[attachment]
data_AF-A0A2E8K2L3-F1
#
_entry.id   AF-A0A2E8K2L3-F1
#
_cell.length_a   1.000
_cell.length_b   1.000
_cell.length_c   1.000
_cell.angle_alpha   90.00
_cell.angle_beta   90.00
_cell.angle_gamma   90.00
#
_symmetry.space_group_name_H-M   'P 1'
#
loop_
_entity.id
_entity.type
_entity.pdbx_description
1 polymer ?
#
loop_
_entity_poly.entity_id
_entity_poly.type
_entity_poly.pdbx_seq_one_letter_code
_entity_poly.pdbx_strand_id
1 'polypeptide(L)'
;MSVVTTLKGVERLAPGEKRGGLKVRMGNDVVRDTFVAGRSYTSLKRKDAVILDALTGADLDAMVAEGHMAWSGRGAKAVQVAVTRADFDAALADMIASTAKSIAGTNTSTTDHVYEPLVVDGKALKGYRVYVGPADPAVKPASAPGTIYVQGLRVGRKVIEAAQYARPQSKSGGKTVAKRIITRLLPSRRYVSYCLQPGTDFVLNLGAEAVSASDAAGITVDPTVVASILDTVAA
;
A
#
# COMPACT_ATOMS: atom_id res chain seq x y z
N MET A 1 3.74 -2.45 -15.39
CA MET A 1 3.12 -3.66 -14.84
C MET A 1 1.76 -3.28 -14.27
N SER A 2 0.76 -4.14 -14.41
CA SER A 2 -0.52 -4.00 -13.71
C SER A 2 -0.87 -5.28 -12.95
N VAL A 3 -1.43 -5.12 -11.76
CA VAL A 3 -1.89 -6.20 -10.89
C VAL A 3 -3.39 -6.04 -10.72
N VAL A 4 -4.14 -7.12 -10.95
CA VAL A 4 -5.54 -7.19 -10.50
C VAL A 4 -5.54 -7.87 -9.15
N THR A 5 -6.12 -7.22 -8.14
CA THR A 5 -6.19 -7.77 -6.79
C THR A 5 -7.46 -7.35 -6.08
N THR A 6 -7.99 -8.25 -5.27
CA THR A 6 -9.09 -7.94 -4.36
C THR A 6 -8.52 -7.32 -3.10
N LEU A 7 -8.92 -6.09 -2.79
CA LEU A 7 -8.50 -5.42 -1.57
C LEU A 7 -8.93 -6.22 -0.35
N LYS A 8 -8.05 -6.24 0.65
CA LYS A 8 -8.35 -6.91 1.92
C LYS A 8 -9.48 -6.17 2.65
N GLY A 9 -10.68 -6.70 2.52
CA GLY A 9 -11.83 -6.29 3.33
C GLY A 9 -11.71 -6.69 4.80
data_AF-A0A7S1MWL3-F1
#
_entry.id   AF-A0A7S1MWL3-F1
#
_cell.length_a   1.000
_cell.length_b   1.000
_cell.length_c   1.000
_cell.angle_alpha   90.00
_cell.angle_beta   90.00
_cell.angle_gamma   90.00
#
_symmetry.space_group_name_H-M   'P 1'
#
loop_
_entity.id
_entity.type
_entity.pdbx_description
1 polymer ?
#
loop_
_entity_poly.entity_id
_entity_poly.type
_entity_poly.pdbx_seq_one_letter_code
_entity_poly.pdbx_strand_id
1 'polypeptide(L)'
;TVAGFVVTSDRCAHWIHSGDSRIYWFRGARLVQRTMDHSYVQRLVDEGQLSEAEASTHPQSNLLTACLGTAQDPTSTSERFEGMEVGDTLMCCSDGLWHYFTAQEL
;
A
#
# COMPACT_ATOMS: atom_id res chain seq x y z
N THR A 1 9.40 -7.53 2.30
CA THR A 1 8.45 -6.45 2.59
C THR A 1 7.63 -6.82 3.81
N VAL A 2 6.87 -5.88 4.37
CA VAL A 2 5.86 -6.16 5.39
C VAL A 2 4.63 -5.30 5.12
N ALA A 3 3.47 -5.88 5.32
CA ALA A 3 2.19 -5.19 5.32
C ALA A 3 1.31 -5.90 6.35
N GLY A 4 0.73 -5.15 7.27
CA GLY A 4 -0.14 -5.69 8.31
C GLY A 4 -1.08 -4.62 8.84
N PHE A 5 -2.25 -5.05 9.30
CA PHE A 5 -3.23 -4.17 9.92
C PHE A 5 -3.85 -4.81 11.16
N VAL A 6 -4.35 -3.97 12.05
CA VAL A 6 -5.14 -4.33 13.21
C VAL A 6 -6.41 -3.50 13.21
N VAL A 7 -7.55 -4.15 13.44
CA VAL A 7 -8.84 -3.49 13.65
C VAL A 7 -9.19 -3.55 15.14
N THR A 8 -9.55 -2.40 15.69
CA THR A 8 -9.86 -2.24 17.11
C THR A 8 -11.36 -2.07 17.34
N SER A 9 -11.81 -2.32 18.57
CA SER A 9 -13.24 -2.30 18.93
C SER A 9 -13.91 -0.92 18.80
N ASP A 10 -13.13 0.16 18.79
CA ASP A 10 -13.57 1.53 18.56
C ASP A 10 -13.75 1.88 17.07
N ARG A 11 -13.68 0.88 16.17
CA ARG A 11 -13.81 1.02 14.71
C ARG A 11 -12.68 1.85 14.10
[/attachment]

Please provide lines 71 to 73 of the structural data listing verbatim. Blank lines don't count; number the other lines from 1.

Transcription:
loop_
_entity.id
_entity.type